Depending on your country of origin, as an expat wanting to drive, you may have to take the theoretical and / or practical driving test in order to obtain a German driving licence. Alternatively, you may decide to learn to drive for the first time.
What follows is an outline of the entire process of applying for a licence and learning to drive in Germany. Depending on your personal situation, you may have to complete every stage, or only some of the steps.
1. Take an eye test
To apply for almost all categories of driving licence, you will first have to pass an eye test at an optician or eye specialist (the cost of this is often covered by your health insurance). If there are any irregularities with your health, or if you are applying for a category C or D licence, you will have to submit to a medical exam as well. Anyone older than 50 has to repeat these tests every five years.
2. Complete a first aid course
All driving licence applicants are also required to attend an “instruction in life support” first aid course (Erste Hilfe Kurs). This course is usually delivered by the German Red Cross (Deutsches Rotes Kreuz), costs 40 euros and lasts around eight hours.
3. Enrol at a driving school (Fahrschule)
In Germany, the theoretical and practical driving tests are conducted through driving schools (Fahrschulen). Therefore, in order to take these tests, you will need to be enrolled at a driving school. Often you are also required to have proof that you have enrolled before you can be issued with a licence by the driving licensing authority.
If you are learning to drive for the first time, you must go to a driving school; lay instruction is not permitted (i.e. you cannot be taught by a friend or family member). German law dictates that you must attend at least 14 lessons of theory classes and 12 practical lessons of “special training rides” (Sonderfahrten). You must complete these classes before you can apply for your theory or practical tests.
If you already have a driving licence, you won’t need to start from scratch. Many driving schools offer instruction for individuals who already know how to drive, preparing them for the test in Germany. It is worth seeking this out, as it can save you a lot of money in the long run (this modified kind of instruction usually costs around 500 euros rather than the 1.500-2.000 euros required for a full-length driving course).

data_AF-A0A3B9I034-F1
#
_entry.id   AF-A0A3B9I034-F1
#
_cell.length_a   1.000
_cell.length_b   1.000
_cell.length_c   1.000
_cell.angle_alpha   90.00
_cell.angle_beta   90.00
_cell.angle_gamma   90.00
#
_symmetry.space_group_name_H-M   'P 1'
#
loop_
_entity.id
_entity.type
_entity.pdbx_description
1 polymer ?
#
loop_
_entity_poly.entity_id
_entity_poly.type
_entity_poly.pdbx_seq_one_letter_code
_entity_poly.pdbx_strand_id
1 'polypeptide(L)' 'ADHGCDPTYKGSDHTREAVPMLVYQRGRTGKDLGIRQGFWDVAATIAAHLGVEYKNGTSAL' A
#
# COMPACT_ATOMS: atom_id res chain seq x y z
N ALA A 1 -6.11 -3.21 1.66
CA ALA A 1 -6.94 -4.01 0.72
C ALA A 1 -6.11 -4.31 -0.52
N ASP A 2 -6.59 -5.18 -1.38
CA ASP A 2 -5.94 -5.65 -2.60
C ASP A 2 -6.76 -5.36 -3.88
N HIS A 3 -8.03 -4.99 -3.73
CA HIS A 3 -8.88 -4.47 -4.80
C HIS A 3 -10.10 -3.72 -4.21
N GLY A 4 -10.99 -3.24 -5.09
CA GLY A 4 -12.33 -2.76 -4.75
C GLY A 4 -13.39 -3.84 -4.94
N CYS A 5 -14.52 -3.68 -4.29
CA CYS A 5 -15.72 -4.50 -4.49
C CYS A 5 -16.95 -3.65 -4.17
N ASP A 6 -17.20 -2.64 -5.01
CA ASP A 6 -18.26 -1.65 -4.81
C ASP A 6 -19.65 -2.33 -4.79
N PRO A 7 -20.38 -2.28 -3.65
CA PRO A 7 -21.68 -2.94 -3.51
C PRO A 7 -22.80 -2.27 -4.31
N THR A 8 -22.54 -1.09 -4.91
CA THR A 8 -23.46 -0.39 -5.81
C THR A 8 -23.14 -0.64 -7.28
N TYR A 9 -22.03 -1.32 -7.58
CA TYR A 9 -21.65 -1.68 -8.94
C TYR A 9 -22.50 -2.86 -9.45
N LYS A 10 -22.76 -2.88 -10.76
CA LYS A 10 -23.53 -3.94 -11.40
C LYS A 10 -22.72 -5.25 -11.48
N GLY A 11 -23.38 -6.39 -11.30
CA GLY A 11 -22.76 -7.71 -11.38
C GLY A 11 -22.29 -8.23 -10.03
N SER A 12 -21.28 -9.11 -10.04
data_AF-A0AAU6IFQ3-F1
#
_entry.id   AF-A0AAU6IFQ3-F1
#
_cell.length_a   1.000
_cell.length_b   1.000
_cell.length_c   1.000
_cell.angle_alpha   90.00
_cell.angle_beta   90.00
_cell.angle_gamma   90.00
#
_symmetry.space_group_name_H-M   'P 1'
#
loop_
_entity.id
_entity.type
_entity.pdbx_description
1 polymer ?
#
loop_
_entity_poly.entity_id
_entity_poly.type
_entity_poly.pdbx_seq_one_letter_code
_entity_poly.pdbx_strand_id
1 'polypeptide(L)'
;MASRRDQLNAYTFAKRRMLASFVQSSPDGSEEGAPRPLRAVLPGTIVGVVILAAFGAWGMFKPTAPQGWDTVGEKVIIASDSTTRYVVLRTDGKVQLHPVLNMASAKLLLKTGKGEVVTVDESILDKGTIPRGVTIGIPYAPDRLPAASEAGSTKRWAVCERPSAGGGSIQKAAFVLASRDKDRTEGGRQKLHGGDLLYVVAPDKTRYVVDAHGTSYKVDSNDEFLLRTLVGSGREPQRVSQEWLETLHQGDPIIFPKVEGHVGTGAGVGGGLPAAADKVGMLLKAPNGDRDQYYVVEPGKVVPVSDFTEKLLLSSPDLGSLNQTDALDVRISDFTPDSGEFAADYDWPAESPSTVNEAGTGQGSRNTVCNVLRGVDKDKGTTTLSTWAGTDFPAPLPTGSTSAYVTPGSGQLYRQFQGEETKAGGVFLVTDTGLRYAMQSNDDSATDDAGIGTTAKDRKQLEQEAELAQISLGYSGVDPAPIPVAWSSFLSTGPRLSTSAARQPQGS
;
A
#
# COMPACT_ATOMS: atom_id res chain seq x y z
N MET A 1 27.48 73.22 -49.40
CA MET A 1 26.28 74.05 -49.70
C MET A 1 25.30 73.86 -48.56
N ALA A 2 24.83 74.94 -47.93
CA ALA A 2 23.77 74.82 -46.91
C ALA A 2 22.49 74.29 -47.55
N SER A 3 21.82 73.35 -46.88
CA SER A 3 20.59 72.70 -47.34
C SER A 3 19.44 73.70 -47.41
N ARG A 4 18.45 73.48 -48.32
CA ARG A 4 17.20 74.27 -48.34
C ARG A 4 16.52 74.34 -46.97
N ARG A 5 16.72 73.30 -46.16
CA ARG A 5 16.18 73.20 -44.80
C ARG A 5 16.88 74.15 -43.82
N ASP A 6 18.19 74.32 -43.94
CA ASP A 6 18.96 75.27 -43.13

4. Request a licence
Once you have the required documentation, you can make an appointment to apply for your licence. This step is only necessary for those that don’t already have a driving licence (German or foreign). It will cover you while you are learning to drive.
5. Take the theory test
When you are ready to take it, your driving school will arrange for you to sit your theory test (Theorieprüfung). It is usually possible to sit this exam in English, although you might have to pay extra. The test consists of 30 multiple-choice questions, worth a total of 110 points. You are only allowed to make 10 points’ worth of mistakes. Preparing sufficiently for this test is very important, as around a third of people fail the theory exam in Germany.
6. Take the practical test
Your practical test (praktische Prüfung) will also be arranged by your driving school. You must take the practical test within 12 months of passing your theory test. Depending on the licence category you are applying for, the test usually lasts between 30 and 75 minutes. You will be accompanied by your examiner and instructor; the examiner usually sits in the back seat to assess your driving skills. The exam is generally conducted in German, so it might be worth taking a German language class to brush up on some common driving terms.
On the day of the exam, don’t forget to bring your passport (either your German passport or foreign one) or your identity card, and your glasses, if you need them.
If you pass the practical driving test, you will be issued with a temporary paper driving licence. You will need to collect your permanent one from the licensing authority office; it is usually ready within four weeks. You are not normally able to book an appointment, so be aware that you may have to wait in line when collecting it.
Note that within the first two years of passing the German driving tests, you are “on probation”, meaning that if you commit any violations during this period you run the risk of losing your licence. During the trial period, there is a total ban on alcohol consumption.
Onward steps as a newly-qualified driver
Now that you’re a fully qualified driver, you can hit the road! If you are buying a car, or importing one from abroad, remember that you need to register it with the authorities as well as taking out car insurance, paying vehicle tax and submitting to bi-annual safety inspections.